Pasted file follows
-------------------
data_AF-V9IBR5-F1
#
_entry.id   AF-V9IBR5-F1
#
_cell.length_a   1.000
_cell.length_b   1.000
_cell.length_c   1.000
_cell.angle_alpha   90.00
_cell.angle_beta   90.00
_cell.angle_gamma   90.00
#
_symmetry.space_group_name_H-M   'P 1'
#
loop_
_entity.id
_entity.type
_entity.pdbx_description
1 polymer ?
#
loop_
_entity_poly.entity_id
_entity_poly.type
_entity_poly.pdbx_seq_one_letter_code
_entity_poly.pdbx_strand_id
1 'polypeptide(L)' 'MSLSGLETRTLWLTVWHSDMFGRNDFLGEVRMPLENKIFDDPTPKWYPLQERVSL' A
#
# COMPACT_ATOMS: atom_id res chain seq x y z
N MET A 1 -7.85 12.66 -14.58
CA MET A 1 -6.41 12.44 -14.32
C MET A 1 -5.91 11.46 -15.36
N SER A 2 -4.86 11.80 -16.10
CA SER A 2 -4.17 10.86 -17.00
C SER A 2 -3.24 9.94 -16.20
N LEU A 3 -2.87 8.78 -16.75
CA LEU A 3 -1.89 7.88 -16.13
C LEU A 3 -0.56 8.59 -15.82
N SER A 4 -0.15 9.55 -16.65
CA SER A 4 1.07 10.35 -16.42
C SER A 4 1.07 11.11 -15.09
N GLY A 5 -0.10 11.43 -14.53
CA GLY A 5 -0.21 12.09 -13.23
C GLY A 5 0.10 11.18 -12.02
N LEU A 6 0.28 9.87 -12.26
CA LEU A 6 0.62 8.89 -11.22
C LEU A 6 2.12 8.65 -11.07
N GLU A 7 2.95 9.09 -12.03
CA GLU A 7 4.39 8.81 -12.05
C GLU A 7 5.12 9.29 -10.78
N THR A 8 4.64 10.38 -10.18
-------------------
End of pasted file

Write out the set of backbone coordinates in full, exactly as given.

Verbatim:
data_AF-V9IBR5-F1
#
_entry.id   AF-V9IBR5-F1
#
_cell.length_a   1.000
_cell.length_b   1.000
_cell.length_c   1.000
_cell.angle_alpha   90.00
_cell.angle_beta   90.00
_cell.angle_gamma   90.00
#
_symmetry.space_group_name_H-M   'P 1'
#
loop_
_entity.id
_entity.type
_entity.pdbx_description
1 polymer ?
#
loop_
_entity_poly.entity_id
_entity_poly.type
_entity_poly.pdbx_seq_one_letter_code
_entity_poly.pdbx_strand_id
1 'polypeptide(L)' 'MSLSGLETRTLWLTVWHSDMFGRNDFLGEVRMPLENKIFDDPTPKWYPLQERVSL' A
#
# COMPACT_ATOMS: atom_id res chain seq x y z
N MET A 1 -7.85 12.66 -14.58
CA MET A 1 -6.41 12.44 -14.32
C MET A 1 -5.91 11.46 -15.36
N SER A 2 -4.86 11.80 -16.10
CA SER A 2 -4.17 10.86 -17.00
C SER A 2 -3.24 9.94 -16.20
N LEU A 3 -2.87 8.78 -16.75
CA LEU A 3 -1.89 7.88 -16.13
C LEU A 3 -0.56 8.59 -15.82
N SER A 4 -0.15 9.55 -16.65
CA SER A 4 1.07 10.35 -16.42
C SER A 4 1.07 11.11 -15.09
N GLY A 5 -0.10 11.43 -14.53
CA GLY A 5 -0.21 12.09 -13.23
C GLY A 5 0.10 11.18 -12.02
N LEU A 6 0.28 9.87 -12.26
CA LEU A 6 0.62 8.89 -11.22
C LEU A 6 2.12 8.65 -11.07
N GLU A 7 2.95 9.09 -12.03
CA GLU A 7 4.39 8.81 -12.05
C GLU A 7 5.12 9.29 -10.78
N THR A 8 4.64 10.38 -10.18